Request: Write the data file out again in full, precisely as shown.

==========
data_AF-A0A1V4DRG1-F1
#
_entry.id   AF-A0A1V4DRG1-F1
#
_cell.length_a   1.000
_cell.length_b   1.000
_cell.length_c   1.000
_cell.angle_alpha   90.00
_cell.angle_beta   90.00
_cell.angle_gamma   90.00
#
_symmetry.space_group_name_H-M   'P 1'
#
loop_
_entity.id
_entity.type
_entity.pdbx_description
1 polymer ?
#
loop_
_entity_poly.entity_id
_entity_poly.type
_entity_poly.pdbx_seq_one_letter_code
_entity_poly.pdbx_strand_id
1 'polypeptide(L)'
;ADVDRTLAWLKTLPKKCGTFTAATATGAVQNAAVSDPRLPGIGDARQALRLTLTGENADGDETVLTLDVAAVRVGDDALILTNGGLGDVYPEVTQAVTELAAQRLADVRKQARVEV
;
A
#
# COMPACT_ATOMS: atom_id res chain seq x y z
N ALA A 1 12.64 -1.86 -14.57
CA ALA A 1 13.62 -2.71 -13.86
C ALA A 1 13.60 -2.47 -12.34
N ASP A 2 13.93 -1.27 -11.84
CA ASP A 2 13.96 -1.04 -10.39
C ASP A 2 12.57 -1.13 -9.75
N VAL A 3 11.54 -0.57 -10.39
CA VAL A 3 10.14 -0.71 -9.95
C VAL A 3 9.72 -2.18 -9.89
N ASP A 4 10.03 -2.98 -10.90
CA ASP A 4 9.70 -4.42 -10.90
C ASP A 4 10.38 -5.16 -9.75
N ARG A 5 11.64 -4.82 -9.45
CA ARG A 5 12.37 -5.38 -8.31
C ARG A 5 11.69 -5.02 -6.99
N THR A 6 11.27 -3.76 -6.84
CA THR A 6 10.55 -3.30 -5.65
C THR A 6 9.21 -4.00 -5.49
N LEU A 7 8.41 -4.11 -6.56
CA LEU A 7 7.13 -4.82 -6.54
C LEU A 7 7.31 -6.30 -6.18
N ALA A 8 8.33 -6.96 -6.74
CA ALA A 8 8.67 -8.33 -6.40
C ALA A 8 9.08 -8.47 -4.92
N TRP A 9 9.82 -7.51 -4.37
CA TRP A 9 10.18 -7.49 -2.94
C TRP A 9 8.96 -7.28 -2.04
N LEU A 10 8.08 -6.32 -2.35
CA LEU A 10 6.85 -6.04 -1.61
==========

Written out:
data_AF-A0A1V4DRG1-F1
#
_entry.id   AF-A0A1V4DRG1-F1
#
_cell.length_a   1.000
_cell.length_b   1.000
_cell.length_c   1.000
_cell.angle_alpha   90.00
_cell.angle_beta   90.00
_cell.angle_gamma   90.00
#
_symmetry.space_group_name_H-M   'P 1'
#
loop_
_entity.id
_entity.type
_entity.pdbx_description
1 polymer ?
#
loop_
_entity_poly.entity_id
_entity_poly.type
_entity_poly.pdbx_seq_one_letter_code
_entity_poly.pdbx_strand_id
1 'polypeptide(L)'
;ADVDRTLAWLKTLPKKCGTFTAATATGAVQNAAVSDPRLPGIGDARQALRLTLTGENADGDETVLTLDVAAVRVGDDALILTNGGLGDVYPEVTQAVTELAAQRLADVRKQARVEV
;
A
#
# COMPACT_ATOMS: atom_id res chain seq x y z
N ALA A 1 12.64 -1.86 -14.57
CA ALA A 1 13.62 -2.71 -13.86
C ALA A 1 13.60 -2.47 -12.34
N ASP A 2 13.93 -1.27 -11.84
CA ASP A 2 13.96 -1.04 -10.39
C ASP A 2 12.57 -1.13 -9.75
N VAL A 3 11.54 -0.57 -10.39
CA VAL A 3 10.14 -0.71 -9.95
C VAL A 3 9.72 -2.18 -9.89
N ASP A 4 10.03 -2.98 -10.90
CA ASP A 4 9.70 -4.42 -10.90
C ASP A 4 10.38 -5.16 -9.75
N ARG A 5 11.64 -4.82 -9.45
CA ARG A 5 12.37 -5.38 -8.31
C ARG A 5 11.69 -5.02 -6.99
N THR A 6 11.27 -3.76 -6.84
CA THR A 6 10.55 -3.30 -5.65
C THR A 6 9.21 -4.00 -5.49
N LEU A 7 8.41 -4.11 -6.56
CA LEU A 7 7.13 -4.82 -6.54
C LEU A 7 7.31 -6.30 -6.18
N ALA A 8 8.33 -6.96 -6.74
CA ALA A 8 8.67 -8.33 -6.40
C ALA A 8 9.08 -8.47 -4.92
N TRP A 9 9.82 -7.51 -4.37
CA TRP A 9 10.18 -7.49 -2.94
C TRP A 9 8.96 -7.28 -2.04
N LEU A 10 8.08 -6.32 -2.35
CA LEU A 10 6.85 -6.04 -1.61